The event also celebrated the publication of the paperback edition of David Hendy’s best-selling book The BBC: A People’s History. David Hendy’s deeply humanising approach to the Corporation’s story is aimed to show that public service broadcasting is something that’s been shaped and re-shaped over the past century by thinking, feeling, fallible individuals – flesh-and-blood people, with passions, prejudices, and ideals. As he thoughtfully concluded, “The BBC is not – or at least, not yet – a machine”.
Lewes Literary Society
David Hendy, the author of The BBC: A People’s History talked at the Lewes Literary Society on 18th October 2022. Full details can be found at http://www.lewesliterarysociety.co.uk/
Bradford: 50 years of BBC Radio: National Science & Media Museum (2017)
The project’s first public event was held at the National Science and Media Museum in Bradford on Saturday 7th October 2017 and celebrated fifty years of BBC Radio 1,2,3 and 4.
On 30 September 1967, as the Summer of Love reached its climax, the old Home Service, Light Programme and Third were put to rest – and dear old Auntie nervously embraced pop. At exactly 7am on that Saturday morning, Tony Blackburn took to the air, welcomed everyone to “the exciting new sound of Radio 1”, and played his very first record, Flowers in the Rain. The BBC would never be the same again. Some reckoned it was the last gasp of a dying medium – that television would soon kill off radio altogether. In the half-century since, radio hasn’t just survived it’s thrived: a testimony to how important it is in our everyday lives, how much we love this taken-for-granted device.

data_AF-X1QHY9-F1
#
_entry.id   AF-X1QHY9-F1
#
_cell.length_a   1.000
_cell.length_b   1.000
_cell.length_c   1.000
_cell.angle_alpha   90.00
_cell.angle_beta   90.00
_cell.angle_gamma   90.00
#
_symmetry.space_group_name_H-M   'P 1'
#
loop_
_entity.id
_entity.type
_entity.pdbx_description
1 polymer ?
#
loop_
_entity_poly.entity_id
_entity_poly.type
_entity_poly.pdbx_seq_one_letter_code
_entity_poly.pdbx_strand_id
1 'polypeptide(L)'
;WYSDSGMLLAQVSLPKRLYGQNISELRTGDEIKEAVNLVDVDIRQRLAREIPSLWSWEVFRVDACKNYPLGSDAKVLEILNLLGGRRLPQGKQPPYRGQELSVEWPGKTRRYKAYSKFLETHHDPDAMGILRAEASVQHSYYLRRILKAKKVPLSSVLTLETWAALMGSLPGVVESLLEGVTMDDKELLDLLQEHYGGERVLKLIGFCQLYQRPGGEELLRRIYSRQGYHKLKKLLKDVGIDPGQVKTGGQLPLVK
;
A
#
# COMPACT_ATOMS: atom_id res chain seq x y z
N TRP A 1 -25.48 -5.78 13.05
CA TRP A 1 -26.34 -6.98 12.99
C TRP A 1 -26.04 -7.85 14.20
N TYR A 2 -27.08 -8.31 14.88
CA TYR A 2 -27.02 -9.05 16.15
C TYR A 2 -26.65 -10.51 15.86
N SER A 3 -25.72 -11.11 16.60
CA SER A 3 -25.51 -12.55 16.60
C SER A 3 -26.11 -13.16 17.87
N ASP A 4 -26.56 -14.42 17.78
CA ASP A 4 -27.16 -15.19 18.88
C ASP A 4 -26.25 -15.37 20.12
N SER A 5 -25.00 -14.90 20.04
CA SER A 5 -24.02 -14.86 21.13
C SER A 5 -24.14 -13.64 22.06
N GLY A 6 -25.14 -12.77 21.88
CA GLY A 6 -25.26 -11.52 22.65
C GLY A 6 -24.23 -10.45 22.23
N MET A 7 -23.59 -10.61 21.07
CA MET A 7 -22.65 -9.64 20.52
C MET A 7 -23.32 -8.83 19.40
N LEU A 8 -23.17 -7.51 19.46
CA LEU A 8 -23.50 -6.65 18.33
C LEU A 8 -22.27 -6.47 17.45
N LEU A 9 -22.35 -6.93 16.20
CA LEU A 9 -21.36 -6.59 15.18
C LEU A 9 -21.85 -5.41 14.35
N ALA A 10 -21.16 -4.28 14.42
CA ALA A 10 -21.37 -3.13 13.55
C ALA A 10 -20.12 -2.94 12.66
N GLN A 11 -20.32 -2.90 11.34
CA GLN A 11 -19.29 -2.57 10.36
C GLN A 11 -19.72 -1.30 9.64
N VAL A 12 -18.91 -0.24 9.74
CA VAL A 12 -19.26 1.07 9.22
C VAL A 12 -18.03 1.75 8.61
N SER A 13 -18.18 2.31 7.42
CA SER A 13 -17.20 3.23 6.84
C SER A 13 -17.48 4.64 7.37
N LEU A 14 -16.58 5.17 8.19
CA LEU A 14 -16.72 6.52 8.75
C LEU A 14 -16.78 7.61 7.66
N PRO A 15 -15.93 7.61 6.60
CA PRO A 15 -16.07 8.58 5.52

As part of the fiftieth birthday celebrations, the BBC teamed up with the National Science and Media Museum and media historians at the University of Sussex for this one-off event. The event explored the role of radio in all our lives – the sets we had at home growing up, the technology that put our favourite voices and music on the air, the personalities who made it all happen behind-the-scenes. Guests were given the opportunity to explore the Museum’s collections, saw new archive footage from the BBC’s vaults, and heard talks by broadcasters and historians. The event also collected personal memories of radio, and recordings of delegates’ BBC reminiscences on film.
Britain Reimagined: A New Oral History of the BBC, British Library (2018)
On Tuesday July 10 2018 the project’s second public event was held at the British Library in London.
35 people attended the free event, where they were able to view rare footage from the BBC’s vaults and consider what it can tell us about how our national broadcaster has imagined – and reimagined – Britain, its people, and their changing place in the world.